Ludhiana 11 October 2018-The NSS volunteers and cultural wing of Guru Angad Dev Veterinary and Animal Sciences University (GADVASU), Ludhiana presented ‘Nukad Natak’ on Stubble Burning at Agricultural Technology Application Research Institute (ATARI). The chief guest of the occasion was Dr. Trilochan Mohapatra, Secretary, Department of Agricultural Research and Education (DARE) & Director General, Indian Council of Agricultural Research (ICAR). Other eminent personalities present on the occasion were Dr. Amarjit Singh Nanda, Vice-Chancellor GADVASU, Dr. Baldev Singh Dhillon, Vice-Chancellor, PAU, Dr. Rajvir Singh, Director, ATARI and Dr. H.K Verma, Director Extension, GADVASU.

Indicating excellent ways in residue management, a total of 30 NSS volunteers of GADVASU presented the street play spreading awareness among farmers and villagers to refrain from burning of ‘parali’. The participants used banners with slogans written on them like ‘Jhona vadd ke asien prali nahin jalauni hai, chopper de naal kat ke dharti vich dabauni hai”. It was a bid to reduce the pollution caused by stubble burning, which is a major cause of environmental pollution and farmers mainly from Punjab and Haryana burn it as a low-cost straw-disposal practice. During the performance, the students demonstrated and encouraged the farmers to adopt ‘Happy Seeder’ technique etc. The whole sequence included songs, dialogues, slogans and dances to motivate farmers. The performance was much appreciated by Dr. Mohapatra, VCs of GADVASU and PAU and the audience present at ATARI. Mrs. Nidhi Sharma, Welfare Officer, GADVASU stated that it is the need of the hour to stop stubble burning altogether since it has a number of harmful effects on the environment.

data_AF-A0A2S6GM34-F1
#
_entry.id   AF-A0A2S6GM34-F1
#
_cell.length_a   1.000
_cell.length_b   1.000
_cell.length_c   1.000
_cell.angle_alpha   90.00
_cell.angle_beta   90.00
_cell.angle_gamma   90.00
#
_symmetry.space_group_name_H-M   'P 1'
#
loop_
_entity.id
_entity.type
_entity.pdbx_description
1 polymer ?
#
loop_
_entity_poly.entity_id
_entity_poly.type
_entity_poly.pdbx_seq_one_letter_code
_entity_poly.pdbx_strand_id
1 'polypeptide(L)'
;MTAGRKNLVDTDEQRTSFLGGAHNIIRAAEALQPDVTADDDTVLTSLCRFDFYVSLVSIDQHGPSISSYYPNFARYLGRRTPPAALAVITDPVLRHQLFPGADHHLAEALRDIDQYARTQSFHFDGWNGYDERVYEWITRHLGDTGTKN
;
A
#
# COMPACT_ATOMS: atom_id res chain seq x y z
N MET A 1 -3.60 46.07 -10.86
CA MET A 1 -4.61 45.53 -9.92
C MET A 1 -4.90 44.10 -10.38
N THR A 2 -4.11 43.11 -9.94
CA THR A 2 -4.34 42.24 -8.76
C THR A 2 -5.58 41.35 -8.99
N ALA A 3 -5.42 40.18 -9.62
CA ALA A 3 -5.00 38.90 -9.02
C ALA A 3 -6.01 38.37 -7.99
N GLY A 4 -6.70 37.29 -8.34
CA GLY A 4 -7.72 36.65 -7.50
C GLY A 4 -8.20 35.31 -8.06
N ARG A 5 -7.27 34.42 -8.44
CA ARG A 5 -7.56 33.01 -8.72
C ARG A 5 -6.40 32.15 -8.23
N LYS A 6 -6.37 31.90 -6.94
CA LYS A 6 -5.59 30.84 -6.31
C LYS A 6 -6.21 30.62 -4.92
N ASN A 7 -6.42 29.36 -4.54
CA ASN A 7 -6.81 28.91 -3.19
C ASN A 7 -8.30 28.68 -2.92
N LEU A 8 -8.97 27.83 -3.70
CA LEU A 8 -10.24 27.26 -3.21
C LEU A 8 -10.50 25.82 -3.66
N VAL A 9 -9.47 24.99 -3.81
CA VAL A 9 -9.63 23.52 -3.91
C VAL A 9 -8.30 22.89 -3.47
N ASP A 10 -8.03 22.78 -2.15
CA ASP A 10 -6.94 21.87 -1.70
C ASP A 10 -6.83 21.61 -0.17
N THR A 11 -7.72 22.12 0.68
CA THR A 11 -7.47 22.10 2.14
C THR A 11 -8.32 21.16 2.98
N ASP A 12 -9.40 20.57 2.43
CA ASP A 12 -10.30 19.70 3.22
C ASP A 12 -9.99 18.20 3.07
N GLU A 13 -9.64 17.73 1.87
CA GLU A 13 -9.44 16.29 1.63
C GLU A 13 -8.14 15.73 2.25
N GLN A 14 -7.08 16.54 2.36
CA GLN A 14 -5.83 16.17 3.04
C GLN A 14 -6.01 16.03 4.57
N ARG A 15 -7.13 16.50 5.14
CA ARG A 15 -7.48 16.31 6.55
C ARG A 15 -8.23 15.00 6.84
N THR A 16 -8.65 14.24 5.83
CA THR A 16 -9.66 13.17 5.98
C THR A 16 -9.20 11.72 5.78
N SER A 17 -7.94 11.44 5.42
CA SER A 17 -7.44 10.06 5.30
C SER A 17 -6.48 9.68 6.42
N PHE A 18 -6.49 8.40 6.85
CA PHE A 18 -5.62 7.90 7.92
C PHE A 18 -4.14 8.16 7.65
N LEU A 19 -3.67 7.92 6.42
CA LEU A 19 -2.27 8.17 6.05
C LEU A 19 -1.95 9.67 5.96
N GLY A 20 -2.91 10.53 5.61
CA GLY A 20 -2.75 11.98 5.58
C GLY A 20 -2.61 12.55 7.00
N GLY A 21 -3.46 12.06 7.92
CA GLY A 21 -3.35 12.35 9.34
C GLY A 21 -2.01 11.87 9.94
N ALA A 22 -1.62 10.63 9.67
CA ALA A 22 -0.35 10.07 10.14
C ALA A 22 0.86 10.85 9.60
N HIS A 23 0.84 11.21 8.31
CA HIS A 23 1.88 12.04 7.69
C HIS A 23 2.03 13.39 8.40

The main theme of the event was ‘Converging Harbingers of Agriculture, Allied Departments and KVKs for demonstrating excellence in Residue Management”. Other items presented on the occasion were from Guru Nanak National College, Doraha and PAU, Ludhiana.

While appreciating the theatrical skills of the students Dr Amarjit Singh Nanda said “Burning of crop residue contributes indirectly to the increased ozone pollution resulting not only in health risks like aggravating asthma but also has adverse consequences on the quality of soil.”